Jthere can be two types of library owners: those who own more books than they can hold, cramming tomes into every crevice – and those who dot their shelves with cleverly placed stacks and have space to burn potted plants and framed photos.
And then there’s Ashley Tisdale, whose shelves are simply empty. The High School Musical star recently went viral for admitting to Architectural Digest that she rushed to fill the built-in shelves of her Hollywood Hills home specifically for an on-camera tour.
“These shelves, I have to be honest, actually had no books in them. [them] a few days ago”, Tisdale mentioned. “I asked my husband to go to a bookstore, like, ‘You need to get 400 books.
A pile-up on Twitter naturally ensued. “I am speechless,” declared the tweeter that broadcast the clip first.
But it turns out bulk-buying bookshelves is a common practice among the rich and famous — and increasingly so, ever since books became an erudite backdrop for Zoom.
According to MailOnline, Adele spent over £1,000 in a frenzy at Daunt Books before the pandemic, “removing books from the shelves without even looking at the backs or reading the blurbs.”
At least Adele bought them herself, points out Miles de Lange, interior designer at Potterton Books, a supplier specializing in books. He says interior designers are often responsible for providing books to clients. “These are props, just like you buy a little object.”
But stuffing shelves with desirable coffee table books can cost up to £5,000 – something customers rarely want to spend, says De Lange. “They’ll give you £1,000 and you can buy 20, but that’s not enough to fill a wall.” The compromise is often a stack of two or three books, with a vase or trinket on top.
If you have the budget to splash out on books you won’t read, there are dedicated library curators such as Thatcher Wine, whom Gwyneth Paltrow hired after finding herself. some 600 pounds brief after a home renovation.
wine company Juniper Books sells classic literature sets with custom jackets – a patented approach, it Explainwhich allows someone to own “the complete works of Jane Austen, but in a certain Pantone chip color that matches the rest of the room”.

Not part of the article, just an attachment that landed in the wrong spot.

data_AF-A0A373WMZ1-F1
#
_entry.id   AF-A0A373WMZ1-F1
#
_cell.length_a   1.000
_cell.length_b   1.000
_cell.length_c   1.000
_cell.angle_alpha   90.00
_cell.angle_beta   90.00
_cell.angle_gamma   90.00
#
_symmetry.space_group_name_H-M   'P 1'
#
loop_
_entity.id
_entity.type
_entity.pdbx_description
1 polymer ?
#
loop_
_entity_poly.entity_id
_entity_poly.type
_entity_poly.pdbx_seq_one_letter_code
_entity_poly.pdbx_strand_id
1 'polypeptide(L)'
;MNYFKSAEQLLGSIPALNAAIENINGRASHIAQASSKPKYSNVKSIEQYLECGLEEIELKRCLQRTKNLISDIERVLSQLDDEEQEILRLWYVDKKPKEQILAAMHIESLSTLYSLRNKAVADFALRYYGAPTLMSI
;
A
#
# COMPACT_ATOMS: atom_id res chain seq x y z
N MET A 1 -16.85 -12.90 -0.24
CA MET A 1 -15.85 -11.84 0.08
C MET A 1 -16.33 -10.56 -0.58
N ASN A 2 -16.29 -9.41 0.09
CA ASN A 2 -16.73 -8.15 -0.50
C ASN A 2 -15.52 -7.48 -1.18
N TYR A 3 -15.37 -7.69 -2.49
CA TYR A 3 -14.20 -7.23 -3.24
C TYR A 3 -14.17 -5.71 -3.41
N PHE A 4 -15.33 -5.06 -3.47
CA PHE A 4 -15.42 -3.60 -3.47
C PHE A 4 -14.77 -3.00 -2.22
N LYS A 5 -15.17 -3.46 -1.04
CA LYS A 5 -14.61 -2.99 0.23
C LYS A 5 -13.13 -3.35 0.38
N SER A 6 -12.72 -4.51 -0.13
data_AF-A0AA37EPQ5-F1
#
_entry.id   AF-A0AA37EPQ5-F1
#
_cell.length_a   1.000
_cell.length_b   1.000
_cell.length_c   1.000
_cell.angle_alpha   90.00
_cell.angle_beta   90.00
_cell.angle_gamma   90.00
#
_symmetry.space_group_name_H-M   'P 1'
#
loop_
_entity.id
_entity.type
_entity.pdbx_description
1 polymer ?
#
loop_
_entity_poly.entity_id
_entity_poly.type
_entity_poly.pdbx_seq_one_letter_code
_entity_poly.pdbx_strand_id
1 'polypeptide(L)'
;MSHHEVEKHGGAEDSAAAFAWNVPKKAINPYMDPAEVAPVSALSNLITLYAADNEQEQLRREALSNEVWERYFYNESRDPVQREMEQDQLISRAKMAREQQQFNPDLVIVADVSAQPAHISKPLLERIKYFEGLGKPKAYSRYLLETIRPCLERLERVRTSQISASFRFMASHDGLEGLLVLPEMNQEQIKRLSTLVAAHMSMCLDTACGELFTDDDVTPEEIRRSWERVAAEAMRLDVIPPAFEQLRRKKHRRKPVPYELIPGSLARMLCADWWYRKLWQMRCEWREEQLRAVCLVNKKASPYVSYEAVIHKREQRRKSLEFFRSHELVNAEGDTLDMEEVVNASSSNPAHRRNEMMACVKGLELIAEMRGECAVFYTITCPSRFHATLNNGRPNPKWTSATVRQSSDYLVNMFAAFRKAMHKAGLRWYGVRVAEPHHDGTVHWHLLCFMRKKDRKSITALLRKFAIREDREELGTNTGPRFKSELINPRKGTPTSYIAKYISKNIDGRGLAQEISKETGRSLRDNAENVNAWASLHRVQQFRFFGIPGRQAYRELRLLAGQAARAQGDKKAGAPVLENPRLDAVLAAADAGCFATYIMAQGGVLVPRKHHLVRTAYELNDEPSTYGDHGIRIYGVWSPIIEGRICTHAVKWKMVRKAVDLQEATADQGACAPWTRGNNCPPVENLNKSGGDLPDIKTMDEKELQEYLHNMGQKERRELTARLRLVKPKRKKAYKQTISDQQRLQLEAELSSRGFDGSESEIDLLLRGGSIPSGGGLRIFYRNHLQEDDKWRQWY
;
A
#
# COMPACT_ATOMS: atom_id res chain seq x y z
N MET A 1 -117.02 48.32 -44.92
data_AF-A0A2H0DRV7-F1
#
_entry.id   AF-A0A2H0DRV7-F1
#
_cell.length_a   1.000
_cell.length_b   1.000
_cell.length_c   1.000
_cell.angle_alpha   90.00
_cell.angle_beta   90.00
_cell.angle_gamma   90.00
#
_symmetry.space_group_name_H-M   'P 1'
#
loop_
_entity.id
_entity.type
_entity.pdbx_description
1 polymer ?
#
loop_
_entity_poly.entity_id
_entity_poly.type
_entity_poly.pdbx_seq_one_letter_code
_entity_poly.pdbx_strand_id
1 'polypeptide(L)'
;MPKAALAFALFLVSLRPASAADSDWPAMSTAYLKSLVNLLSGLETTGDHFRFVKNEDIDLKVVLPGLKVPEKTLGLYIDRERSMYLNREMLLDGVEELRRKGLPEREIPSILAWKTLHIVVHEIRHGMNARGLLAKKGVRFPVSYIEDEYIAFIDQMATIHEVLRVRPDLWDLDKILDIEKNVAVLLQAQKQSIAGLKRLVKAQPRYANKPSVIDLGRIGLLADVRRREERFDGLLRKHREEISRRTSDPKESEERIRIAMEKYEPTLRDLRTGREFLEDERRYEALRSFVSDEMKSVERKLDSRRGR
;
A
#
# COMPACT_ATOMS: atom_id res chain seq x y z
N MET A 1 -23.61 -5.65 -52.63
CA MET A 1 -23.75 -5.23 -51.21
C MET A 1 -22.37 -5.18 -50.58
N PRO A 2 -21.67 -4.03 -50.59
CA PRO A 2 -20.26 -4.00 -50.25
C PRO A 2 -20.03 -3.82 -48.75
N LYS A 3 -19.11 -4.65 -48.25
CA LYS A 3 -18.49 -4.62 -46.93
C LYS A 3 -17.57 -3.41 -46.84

Juniper Books and its Colorado “showroom” may seem like the ultimate celebrity weakness, but since the pandemic, some bookstores has begun offering shelf curation services. Publishers also accept that many judge books by their covers.
Penguin’s series of Clothbound Classics titles like Ulysses and Emma with Instagram-friendly covers have been hugely successful, with a box spotted on the desk of the Duchess of Cambridge; a small format range of 48 titles arrives in August.
Bea Carvalho, Head of Fiction at Waterstones, explains that books with strong designs tend to be shared on social media, which boosts sales: “Having beautiful images to show is so important…Sprayed edges pass very well on BookTok and Instagram.”
He encouraged the industry to innovate. The special edition of Waterstones from Lessons in Chemistry by Bonnie Garmus – released on Tuesday and announced as the book of the summer – has exclusive cover pages, displaying the periodic table.
It’s a fantasy novel, adds Carvalho, but the design does it justice: “If you love a book, you want to display it proudly.
It’s for this reason, according to Karen Howes of interior design studio Taylor Howes, that designers with a mandate to buy books tend to stick to non-fiction, not novels. She tends to “dress the library” with titles related to her customers’ interests such as wine or aviation – “so that when their friends come, they feel like they’ve selected all of them themselves.” their books “.
Novels are where you’d be caught off guard, says Howes: “’Have you read the latest so-and-so?’ – and you didn’t.
The rise of working from home allowed exposure on an even larger scale. The Twitter account @BookcaseCredibilityFollowed by more than 115,000 people, collects screenshots of celebrity book sets, arguing, “What you say isn’t as important as the library behind you.”
In a video interview with Vogue from her Los Angeles home, Adele’s shelves were recently revealed to carry titles such as The Mosaics of Rome and Japanese Prints. “There are some good ones up there,” she said as the camera panned.
Likewise, a close study of Tisdale’s shelves reveals celebrity biographies, reference books, cookbooks and titles on fashion, psychology, wealth generation and self-help – his taste for fiction does not seeming to extend only to a Ken Follett novel.
Tisdale was at least in good spirits about the reviews she received, sharing her favorite book recommendations (and asking for more) in a post on her Frenshe lifestyle website. She apologized for being slow to respond: “I’ve recently had a lot of new books to peruse.” At least she can see the half-full shelf.